Imagine being able to receive fully integrated medical, social, and spiritual care in your own home. Nursing care is available 24/7. Home health aides provide basic personal assistance. Care is person-centered and focused on the specific needs of each patient. And for people with incurable chronic conditions, it focuses on managing symptoms, including pain, thus vastly improving their quality of life.
Such a model exists. There is just one catch: You need to be dying to get it. Not dying in the sense that you really want it. Dying in the sense of, well, dying. The model is hospice. Done well, it is close to the ideal system of care. Medicare even pays for it. But it doesn’t want too many people to use it.
To control costs (and prevent fraud), Medicare requires two doctors to certify you are likely to die within 6 months and you have to agree to stop treatment for your terminal disease.
Not surprisingly, this is not a deal people are enthusiastic to make. More than one-third of those who enroll in hospice wait until a week or less before they die. Most patients, and most of their doctors, don’t want to confront impending death until almost the last moment. When, of course, most of the benefits of well-integrated medical, social, and spiritual care are of little use.
At the same time, crooks and incompetents have found ways to game the Medicare system in the name of hospice, which in turn generates more restrictions from a budget-constrained and risk-averse Medicare.
There are alternatives. Palliative care, which is similar to hospice in many ways, is increasingly available in hospitals. The good news is: You don’t need to be dying to get it. The bad news is: It is usually only available if you are hospitalized. Even there, it is not easy for docs to get paid for providing it and it is poorly understood by both physicians and patients.
The PACE program, which provides well-integrated medical and social care for low-income people with chronic care needs is another, perhaps better, model since it does not focus on dying. But it has been around for years and has only about 20,000 enrollees.
For many people, we have effectively ghettoized death and dying. Medicare tries to run two parallel health systems—one for those who acknowledge they will soon die and one for the rest of us. If the medical system thinks you are relatively close to death, you are placed in an entirely separate system with its own rules. In, you might say, a box.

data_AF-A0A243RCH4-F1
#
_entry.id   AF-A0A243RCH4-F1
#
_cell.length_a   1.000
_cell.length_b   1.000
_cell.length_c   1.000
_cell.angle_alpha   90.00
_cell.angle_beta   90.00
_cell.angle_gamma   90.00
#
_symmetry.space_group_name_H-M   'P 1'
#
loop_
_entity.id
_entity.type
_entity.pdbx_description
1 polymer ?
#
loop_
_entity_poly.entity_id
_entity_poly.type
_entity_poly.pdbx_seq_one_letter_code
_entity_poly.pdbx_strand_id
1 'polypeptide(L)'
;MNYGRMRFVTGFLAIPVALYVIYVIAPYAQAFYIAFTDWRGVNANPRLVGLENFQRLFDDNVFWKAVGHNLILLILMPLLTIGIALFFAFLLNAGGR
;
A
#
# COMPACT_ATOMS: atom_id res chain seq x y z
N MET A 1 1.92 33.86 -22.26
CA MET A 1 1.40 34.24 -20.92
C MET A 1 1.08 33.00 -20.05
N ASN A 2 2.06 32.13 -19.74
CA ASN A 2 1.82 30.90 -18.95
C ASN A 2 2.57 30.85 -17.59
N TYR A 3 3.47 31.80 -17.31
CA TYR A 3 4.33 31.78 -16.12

This only reinforces the unwillingness of most Americans to acknowledge death as a normal (and inevitable) part of life.
Few families talk about death. Few of us prepare for end of life. Many physicians are as uncomfortable with the subject as their patients. And it is all reinforced by Medicare’s crazy payment system.
Today, the influential Institute of Medicine released a 500-page report on Dying in America. It included a damning description of the problem:
“The US health system is ill designed to meet the needs of patients near the end of life and their families. The system is geared to providing care aimed at curing disease but not at providing the comfort care most people near the end of life prefer. The financial incentives built into…Medicare and Medicaid…are not well-coordinated, and the result is fragmented care that increases risks to patients and creates avoidable burdens on them and their families.”
Despite its spot-on diagnosis, the IOM struggled to find a specific solution. It called for:
- Redesigning Medicare and Medicaid to break down payment silos between the two programs
- Coordinating medical care across settings and providers
- Better integrating medical care and social services
- Expanding the use of palliative care
All good ideas. But the real question is: How exactly do we redesign the health system (including the payment system) to better support people with multiple chronic conditions, whether they are about to die or not? How do we truly integrate medical care, long-term supports and services, and spiritual care to achieve the generic goals set by the IOM?
There is no easy answer, but perhaps the IOM report will encourage all of us to think a bit harder about the question.